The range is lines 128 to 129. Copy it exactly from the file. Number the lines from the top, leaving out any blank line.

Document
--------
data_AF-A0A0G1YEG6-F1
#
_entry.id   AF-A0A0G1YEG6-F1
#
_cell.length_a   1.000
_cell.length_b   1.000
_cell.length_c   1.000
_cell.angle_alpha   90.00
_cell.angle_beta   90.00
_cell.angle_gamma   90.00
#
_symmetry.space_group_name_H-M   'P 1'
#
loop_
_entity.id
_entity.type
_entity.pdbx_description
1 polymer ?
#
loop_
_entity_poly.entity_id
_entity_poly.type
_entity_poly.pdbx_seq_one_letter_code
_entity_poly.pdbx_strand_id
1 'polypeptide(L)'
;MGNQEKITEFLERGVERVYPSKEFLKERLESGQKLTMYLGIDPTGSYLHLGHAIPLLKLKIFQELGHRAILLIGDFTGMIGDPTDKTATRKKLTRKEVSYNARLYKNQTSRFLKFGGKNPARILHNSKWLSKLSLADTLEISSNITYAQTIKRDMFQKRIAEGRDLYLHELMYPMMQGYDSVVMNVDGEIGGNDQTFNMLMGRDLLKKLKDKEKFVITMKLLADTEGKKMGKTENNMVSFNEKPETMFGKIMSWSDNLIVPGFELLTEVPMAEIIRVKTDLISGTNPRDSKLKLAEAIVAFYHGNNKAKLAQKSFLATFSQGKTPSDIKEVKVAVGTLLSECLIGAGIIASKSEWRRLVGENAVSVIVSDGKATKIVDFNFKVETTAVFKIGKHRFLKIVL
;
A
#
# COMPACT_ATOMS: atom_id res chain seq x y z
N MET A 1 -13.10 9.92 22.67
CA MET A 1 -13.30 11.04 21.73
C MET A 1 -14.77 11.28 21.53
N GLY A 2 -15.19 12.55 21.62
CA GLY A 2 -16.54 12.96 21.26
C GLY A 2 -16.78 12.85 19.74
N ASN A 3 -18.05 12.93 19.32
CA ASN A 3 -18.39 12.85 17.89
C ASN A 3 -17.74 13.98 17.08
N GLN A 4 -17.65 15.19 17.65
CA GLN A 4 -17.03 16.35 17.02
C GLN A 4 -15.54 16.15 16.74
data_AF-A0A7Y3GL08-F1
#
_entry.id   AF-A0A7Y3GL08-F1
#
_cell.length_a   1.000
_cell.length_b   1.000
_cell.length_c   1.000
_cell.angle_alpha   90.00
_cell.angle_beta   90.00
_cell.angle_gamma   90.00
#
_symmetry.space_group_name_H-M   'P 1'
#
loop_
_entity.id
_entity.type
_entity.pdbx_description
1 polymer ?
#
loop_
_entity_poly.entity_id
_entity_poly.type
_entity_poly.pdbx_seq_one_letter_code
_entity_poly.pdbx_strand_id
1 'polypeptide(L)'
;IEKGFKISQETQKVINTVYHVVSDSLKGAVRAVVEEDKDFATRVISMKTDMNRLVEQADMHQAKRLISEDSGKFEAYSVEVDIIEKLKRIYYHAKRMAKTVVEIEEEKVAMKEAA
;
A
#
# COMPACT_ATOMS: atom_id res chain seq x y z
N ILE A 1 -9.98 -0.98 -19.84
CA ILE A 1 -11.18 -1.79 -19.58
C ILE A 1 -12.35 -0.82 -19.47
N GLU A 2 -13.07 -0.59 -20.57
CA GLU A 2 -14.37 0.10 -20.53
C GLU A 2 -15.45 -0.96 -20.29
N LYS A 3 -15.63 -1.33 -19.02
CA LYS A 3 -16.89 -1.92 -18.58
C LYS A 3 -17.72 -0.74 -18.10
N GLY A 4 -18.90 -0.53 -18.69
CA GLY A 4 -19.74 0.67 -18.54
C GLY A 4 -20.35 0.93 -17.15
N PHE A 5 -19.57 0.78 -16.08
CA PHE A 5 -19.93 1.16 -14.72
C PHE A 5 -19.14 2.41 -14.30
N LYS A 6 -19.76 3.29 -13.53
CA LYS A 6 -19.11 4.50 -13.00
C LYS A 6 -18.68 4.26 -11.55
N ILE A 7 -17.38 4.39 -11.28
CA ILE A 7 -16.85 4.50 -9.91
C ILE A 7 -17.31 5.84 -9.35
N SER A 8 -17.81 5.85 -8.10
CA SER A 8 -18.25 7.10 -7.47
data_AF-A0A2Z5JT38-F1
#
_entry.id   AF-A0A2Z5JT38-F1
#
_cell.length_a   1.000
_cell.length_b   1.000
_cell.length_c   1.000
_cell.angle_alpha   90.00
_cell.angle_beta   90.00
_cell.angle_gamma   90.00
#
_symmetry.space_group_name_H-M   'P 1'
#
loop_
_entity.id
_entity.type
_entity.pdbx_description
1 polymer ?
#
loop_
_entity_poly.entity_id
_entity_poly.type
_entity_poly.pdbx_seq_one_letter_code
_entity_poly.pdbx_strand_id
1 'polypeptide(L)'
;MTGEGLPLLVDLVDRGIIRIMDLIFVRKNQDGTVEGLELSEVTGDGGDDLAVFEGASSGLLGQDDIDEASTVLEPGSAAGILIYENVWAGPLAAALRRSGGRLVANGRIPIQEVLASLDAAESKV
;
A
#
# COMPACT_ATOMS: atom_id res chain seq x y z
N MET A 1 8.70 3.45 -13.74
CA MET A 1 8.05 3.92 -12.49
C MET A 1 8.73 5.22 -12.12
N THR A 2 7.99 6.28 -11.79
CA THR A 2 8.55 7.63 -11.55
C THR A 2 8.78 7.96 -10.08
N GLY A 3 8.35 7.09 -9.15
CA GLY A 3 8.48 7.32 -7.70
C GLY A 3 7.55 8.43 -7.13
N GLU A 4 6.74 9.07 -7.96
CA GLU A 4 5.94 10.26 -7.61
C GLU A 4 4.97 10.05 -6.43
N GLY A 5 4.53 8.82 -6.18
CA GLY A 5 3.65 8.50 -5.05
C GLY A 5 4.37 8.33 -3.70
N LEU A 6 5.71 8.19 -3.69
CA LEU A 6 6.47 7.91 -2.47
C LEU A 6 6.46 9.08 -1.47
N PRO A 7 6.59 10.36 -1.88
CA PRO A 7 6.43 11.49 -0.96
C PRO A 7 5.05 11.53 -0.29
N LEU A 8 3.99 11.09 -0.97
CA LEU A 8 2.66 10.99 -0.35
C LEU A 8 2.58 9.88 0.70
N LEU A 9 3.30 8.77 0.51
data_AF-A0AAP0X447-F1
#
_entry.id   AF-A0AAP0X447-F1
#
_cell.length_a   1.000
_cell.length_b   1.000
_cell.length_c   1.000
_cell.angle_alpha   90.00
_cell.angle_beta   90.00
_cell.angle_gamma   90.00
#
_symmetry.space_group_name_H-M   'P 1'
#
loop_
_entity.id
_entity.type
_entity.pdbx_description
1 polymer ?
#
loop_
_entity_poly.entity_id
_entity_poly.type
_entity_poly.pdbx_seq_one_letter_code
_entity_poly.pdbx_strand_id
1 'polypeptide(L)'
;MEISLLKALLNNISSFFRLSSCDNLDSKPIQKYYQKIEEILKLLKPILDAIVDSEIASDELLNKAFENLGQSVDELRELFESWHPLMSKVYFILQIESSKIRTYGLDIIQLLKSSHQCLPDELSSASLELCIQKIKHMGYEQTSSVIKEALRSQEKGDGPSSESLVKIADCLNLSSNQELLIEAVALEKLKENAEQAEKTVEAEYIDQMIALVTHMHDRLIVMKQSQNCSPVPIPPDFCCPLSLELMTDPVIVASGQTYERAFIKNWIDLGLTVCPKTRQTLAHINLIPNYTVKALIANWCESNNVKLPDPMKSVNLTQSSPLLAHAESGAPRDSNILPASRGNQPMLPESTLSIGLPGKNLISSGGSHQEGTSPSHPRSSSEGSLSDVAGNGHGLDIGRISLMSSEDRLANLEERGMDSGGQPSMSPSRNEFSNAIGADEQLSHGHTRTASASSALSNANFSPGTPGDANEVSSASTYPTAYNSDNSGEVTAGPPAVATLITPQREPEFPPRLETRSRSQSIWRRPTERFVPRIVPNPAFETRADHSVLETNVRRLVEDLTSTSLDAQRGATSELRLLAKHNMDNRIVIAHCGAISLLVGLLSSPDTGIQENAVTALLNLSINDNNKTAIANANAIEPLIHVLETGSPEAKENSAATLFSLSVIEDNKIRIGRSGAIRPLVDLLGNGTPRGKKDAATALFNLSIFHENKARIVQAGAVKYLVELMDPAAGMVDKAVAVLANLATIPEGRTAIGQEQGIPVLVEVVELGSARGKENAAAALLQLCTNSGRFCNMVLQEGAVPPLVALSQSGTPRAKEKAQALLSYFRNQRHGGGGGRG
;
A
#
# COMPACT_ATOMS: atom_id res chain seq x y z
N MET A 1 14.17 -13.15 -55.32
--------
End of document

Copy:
C MET A 1 8.73 5.22 -12.12
N THR A 2 7.99 6.28 -11.79